HPV-Vaccination av svenska flickor; HPV-Vaccination av vuxna kvinnor och män: [HPV-vaccination of Swedish girls; HPV-vaccination of adult women and men].2011Report (Other academic)
  • 3.
    Axelsson, Inge
    Mid Sweden University, Faculty of Human Sciences, Department of Nursing Sciences.
    Paracetamol till barn och gravida – försiktighetsprincipen bör råda: Var återhållsam med paracetamol medan riskerna för adhd och astma utreds2014In: Läkartidningen, ISSN 0023-7205, E-ISSN 1652-7518, Vol. 111, no 34-35, p. 1350-Article in journal (Refereed)
  • 4.
    Erixon, Caroline
    et al.
    Mid Sweden University, Faculty of Human Sciences, Department of Health Sciences.
    Holm, Sara
    Mid Sweden University, Faculty of Human Sciences, Department of Health Sciences.
    Förlossningsrädsla: Stöd till kvinnor med förlossningsrädsla2008Independent thesis Basic level (degree of Bachelor), 10 poäng / 15 hpStudent thesis
    Abstract [sv]

    De senaste åren har antalet kejsarsnitt på humanitär indikation ökat i Sverige. Den vanligaste bidragande orsaken till detta är förlossningsrädsla. Med förlossningsrädsla menas att man känner ångest och fruktan inför sin förlossning.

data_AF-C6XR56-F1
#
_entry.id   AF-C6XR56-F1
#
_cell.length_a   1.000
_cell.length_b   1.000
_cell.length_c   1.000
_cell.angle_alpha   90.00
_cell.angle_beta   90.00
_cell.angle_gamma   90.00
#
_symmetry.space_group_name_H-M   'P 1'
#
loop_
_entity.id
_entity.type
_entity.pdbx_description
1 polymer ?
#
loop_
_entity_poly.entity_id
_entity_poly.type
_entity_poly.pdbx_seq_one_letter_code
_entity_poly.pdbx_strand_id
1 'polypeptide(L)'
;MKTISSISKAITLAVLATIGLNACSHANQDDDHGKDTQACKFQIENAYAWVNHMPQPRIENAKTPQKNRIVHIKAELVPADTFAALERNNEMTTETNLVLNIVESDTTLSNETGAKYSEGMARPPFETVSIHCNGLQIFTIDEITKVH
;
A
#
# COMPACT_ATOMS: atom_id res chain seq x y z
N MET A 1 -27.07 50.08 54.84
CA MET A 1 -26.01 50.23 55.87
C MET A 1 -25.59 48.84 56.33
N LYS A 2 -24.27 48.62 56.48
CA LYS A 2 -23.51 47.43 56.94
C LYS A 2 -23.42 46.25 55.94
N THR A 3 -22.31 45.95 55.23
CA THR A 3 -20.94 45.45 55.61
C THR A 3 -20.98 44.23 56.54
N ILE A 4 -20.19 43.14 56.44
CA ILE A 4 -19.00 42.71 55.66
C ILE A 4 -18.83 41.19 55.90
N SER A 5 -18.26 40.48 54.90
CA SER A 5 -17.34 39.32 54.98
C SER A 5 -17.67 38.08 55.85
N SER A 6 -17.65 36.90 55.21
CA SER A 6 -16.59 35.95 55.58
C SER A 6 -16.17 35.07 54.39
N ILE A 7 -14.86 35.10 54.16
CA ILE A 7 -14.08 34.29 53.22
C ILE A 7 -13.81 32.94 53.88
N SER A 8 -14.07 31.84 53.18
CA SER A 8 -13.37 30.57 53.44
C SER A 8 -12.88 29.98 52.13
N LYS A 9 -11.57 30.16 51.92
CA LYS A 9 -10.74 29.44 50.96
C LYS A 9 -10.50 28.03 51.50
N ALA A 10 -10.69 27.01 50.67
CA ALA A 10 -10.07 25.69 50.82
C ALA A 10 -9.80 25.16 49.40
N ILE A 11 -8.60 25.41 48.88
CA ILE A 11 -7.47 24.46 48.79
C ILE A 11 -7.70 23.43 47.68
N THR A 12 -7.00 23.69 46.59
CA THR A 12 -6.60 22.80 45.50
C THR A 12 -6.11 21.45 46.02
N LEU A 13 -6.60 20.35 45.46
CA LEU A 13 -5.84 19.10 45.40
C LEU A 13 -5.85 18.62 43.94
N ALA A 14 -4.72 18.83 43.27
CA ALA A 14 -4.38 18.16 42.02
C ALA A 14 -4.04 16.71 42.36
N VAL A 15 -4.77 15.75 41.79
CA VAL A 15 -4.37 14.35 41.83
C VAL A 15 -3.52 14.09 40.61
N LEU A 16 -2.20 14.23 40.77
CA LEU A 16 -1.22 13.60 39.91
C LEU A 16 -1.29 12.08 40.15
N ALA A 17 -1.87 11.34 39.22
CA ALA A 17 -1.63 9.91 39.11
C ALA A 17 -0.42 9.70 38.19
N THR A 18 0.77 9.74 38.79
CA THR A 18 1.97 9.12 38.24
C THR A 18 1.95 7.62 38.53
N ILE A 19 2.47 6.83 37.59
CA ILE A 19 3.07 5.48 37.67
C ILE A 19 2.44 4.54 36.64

Syftet med denna litteraturstudie är att belysa faktorer som kan påverka upplevelsen av förlossningsrädsla samt vilket behov av stöd förlossningsrädda kvinnor behöver. Metoden som användes var en systematisk litteraturstudie som omfattade 16 vetenskapliga artiklar. Vid granskningen av dessa artiklar bildades två huvudkategorier, dessa var; upplevelser och stöd. Resultatet visade att den vanligaste upplevelsen vid förlossningsrädsla var rädsla för smärta och oron för sin och sitt barns hälsa och välmående. Förlossningsförloppet var också något som orsakade rädsla hos vissa kvinnor. Mest utsatta för förlossningsrädsla var kvinnor som led av dålig självkänsla och tvivlade på sin prestationsförmåga. Kvinnans tidigare erfarenheter spelade en stor roll vid upplevelsen av förlossningen. Den bästa vård förlossningsrädda kvinnor kan få är stöd från sin omgivning och vårdpersonal. Den mest framgångsrika behandlingsmetod enligt denna litteraturstudie var terapi.